Nandi has Down syndrome and is legally blind but she has never been one to shy away from anything or hide behind the label of disabled. In fact she is a vibrant, active, self-employed member of society, now living in a group home in Macon and vocal advocate for the disabled.
With Special Olympics Georgia Nandi has participated for over 12 years--she ice skates, bowls,
participates in basketball skills, sailing and equestrian. She has been a Global Messenger for Special Olympics GA for over 10 years where she serves as an ambassador and give speeches to groups as large as 300 (Chief of Police Conference) or as small as 10 telling the story of how she has overcome difficulties and showing how important it is to believe in yourself and never take “No” for an answer. This is a volunteer position and her mother is more than willing to take her to Atlanta or various cities for speaking engagements.
She traveled to Atlanta several times a month with her mother to participate in the "Partners in Policy Making Georgia" nine-month course offered by Atlanta Alliance on Developmental Disabilities learning to be a self-advocate. She has come to the Capitol on Disability Day for several years and lobbied for the "Unlock the Waiting List" and for Medicaid Waivers. One day she served as a page at the capitol assisting her senator from Macon, Bibb.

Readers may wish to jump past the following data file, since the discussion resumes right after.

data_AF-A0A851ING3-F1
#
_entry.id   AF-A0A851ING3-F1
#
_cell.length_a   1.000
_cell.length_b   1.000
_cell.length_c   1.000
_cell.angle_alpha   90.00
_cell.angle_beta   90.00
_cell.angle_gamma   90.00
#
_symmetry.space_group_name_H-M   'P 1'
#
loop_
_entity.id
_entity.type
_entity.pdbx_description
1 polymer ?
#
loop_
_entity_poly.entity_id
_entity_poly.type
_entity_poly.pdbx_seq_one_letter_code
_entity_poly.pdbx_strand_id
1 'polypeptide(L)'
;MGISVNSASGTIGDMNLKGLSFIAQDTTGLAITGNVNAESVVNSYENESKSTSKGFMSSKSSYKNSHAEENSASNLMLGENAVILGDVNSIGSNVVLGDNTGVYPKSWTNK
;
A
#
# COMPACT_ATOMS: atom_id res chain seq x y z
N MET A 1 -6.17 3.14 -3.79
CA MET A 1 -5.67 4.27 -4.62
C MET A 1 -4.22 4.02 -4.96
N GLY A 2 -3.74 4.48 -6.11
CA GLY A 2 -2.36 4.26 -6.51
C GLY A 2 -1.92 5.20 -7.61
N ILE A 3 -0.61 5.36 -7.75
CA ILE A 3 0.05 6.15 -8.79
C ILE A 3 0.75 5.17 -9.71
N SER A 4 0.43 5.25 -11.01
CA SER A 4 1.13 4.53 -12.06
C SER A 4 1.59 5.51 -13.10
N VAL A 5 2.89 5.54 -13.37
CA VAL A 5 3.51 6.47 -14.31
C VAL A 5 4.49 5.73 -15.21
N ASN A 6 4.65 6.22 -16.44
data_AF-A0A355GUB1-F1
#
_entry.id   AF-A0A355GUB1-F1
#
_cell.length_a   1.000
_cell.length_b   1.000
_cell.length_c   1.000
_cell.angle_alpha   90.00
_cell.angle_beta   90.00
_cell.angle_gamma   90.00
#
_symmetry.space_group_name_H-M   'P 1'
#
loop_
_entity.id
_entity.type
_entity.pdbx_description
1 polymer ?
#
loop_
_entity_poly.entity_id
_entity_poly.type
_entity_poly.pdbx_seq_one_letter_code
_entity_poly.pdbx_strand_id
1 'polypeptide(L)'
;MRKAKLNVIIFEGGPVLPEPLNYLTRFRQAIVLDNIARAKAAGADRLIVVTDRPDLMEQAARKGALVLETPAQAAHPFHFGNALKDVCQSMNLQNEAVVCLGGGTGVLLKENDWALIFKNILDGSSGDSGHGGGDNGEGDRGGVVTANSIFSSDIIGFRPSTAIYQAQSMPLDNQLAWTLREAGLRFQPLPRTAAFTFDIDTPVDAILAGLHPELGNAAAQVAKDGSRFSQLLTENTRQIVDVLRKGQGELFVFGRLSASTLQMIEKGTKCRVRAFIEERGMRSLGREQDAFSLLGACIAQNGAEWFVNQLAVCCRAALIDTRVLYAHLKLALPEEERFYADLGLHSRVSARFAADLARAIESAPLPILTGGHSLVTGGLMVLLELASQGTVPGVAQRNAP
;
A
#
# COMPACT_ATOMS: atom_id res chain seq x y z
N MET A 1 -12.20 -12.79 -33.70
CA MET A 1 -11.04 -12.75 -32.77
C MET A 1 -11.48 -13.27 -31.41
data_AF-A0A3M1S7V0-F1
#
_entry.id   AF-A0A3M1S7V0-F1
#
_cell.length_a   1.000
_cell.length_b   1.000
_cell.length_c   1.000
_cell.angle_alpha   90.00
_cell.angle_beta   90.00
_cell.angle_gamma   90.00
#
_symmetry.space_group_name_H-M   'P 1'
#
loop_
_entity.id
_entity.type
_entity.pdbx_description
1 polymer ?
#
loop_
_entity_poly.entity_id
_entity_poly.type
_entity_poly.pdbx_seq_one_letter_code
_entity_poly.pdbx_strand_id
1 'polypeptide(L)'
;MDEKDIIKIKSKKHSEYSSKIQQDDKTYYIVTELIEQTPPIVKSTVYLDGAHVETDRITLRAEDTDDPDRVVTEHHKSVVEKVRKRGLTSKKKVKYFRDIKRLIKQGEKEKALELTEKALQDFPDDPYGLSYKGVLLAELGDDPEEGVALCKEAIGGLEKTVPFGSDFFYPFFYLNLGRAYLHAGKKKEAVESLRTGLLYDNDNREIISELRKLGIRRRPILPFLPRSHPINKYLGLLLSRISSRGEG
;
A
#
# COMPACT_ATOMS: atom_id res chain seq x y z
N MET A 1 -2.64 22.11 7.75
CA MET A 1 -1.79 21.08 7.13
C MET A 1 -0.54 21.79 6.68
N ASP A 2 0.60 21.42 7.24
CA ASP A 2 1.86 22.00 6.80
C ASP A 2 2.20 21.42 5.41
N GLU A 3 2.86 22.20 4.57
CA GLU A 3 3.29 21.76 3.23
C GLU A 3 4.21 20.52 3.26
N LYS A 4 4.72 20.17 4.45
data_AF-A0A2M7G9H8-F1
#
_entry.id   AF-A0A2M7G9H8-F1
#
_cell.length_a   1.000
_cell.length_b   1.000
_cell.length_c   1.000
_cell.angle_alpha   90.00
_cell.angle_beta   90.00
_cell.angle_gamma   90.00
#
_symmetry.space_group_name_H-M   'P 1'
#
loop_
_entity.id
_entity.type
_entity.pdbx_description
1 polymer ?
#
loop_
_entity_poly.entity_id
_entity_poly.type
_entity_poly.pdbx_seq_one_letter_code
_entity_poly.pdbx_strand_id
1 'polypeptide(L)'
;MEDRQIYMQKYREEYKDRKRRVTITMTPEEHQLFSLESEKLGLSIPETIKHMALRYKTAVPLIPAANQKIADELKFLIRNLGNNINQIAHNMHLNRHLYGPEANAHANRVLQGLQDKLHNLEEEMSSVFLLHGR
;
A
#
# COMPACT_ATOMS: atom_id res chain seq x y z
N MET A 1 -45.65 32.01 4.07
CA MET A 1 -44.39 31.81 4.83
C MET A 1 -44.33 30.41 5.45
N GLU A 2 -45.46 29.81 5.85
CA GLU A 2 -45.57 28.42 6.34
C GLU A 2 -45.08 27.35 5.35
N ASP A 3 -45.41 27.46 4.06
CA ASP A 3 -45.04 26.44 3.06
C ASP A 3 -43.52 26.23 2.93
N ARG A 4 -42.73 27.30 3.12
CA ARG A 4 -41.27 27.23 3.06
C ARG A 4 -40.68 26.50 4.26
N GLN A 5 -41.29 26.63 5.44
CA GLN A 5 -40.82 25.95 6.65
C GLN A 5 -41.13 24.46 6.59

Most people with a visual disability might be afraid to take on new sports such as ice-skating and equestrian, but Nandi never misses a beat. She graduated from Georgia Academy for the Blind and began working at Goodwill Industries. She is considered a role model by her peers and is fortunate that her mother is very active as an advocate for the disabled. Now that Nandi is out of school she can sometime travel with her mother to meetings and to speak to groups to encourage others with disabilities to be the BEST they can be and to have a positive attitude and a determination to succeed.
Nandi's mom is a parent mentor with Bibb School system and Co-chair for DBHDD Quality Improvement Council for Reg. 2, member of DBHDD Communication Work Group and Mid GA CARENET (sponsored by Rosalyn Carter Institute on Caregiving). Nandi also volunteers as a P.E. Coach at the Georgia Academy of the Blind.
Nandi has been nominated to become a Council member on the Governor's Council on Developmental Disabilities. Working with her mom and other support groups she has put together a micro-enterprise called "Scan with Nan" where she works at Wal-Mart preserving people's personal documents, photos etc. and is self-supporting living in a group home. In 2007 she was chosen for an "Act of Courage Award" along with Congressman John Lewis given by the Tubman African American Museum - quite an honor!
Nandi’s folks left Sharjah (United Arab Emirates) when she was a baby to move to the United States because in Indian culture when someone is born with Down syndrome it is seen as a curse or bad karma for something one has done. And her parents knew that her opportunities would be very limited. In America - Nandi has thrived and become a shining example of someone who is a leader and role model to the Down syndrome community and the disabled community in general.
Nandi and her family were chosen by their peers as the "Family of the Year" at the Distinguished Service Awards given by Special Olympics Georgia several years ago.